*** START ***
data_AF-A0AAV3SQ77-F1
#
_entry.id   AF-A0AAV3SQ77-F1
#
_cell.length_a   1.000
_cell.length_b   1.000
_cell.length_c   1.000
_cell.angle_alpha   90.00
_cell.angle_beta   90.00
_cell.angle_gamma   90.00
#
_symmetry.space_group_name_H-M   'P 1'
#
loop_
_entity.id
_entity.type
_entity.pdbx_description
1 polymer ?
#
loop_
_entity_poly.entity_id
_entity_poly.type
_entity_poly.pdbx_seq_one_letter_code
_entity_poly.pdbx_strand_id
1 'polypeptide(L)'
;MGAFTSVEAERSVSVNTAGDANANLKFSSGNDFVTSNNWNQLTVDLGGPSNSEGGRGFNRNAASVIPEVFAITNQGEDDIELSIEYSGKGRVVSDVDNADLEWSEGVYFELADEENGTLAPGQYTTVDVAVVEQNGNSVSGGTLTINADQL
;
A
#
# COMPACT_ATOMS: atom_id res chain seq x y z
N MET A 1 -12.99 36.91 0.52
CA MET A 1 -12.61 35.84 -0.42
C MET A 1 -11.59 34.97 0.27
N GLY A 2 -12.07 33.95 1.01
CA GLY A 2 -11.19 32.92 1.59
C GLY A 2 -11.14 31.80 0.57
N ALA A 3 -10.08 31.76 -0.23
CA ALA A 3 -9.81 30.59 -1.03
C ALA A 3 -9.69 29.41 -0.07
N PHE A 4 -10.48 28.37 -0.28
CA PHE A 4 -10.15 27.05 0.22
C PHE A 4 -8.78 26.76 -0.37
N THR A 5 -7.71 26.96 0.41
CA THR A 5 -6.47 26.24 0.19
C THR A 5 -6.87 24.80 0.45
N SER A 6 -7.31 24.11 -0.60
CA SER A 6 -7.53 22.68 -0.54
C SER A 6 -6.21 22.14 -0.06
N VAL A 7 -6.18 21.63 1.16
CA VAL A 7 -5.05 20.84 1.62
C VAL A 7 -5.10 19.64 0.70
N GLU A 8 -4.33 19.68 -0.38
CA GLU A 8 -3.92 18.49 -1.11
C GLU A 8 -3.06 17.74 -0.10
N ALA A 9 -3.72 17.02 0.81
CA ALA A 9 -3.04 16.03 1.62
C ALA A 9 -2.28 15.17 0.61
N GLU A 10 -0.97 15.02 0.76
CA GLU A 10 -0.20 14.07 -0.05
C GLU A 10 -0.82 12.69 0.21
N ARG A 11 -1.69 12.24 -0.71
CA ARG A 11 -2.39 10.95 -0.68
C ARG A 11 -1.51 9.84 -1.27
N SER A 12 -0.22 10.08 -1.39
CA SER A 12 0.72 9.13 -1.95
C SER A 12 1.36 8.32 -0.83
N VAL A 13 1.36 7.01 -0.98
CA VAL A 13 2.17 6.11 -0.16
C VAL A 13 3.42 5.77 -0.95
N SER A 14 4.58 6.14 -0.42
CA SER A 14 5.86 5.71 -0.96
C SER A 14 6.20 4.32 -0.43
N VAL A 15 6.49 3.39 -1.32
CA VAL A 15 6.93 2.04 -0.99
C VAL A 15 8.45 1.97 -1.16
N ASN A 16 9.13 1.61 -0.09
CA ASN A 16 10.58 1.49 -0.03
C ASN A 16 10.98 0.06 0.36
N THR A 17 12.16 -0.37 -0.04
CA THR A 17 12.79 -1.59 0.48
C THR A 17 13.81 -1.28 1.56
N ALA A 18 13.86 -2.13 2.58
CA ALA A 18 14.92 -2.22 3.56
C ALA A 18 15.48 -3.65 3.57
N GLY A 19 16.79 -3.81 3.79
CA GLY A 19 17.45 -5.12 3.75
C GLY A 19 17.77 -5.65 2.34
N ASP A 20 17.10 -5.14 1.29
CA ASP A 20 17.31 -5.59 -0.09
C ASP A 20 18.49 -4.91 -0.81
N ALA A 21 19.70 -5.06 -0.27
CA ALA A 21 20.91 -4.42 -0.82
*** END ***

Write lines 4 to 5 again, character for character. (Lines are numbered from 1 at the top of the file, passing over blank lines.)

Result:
#
_cell.length_a   1.000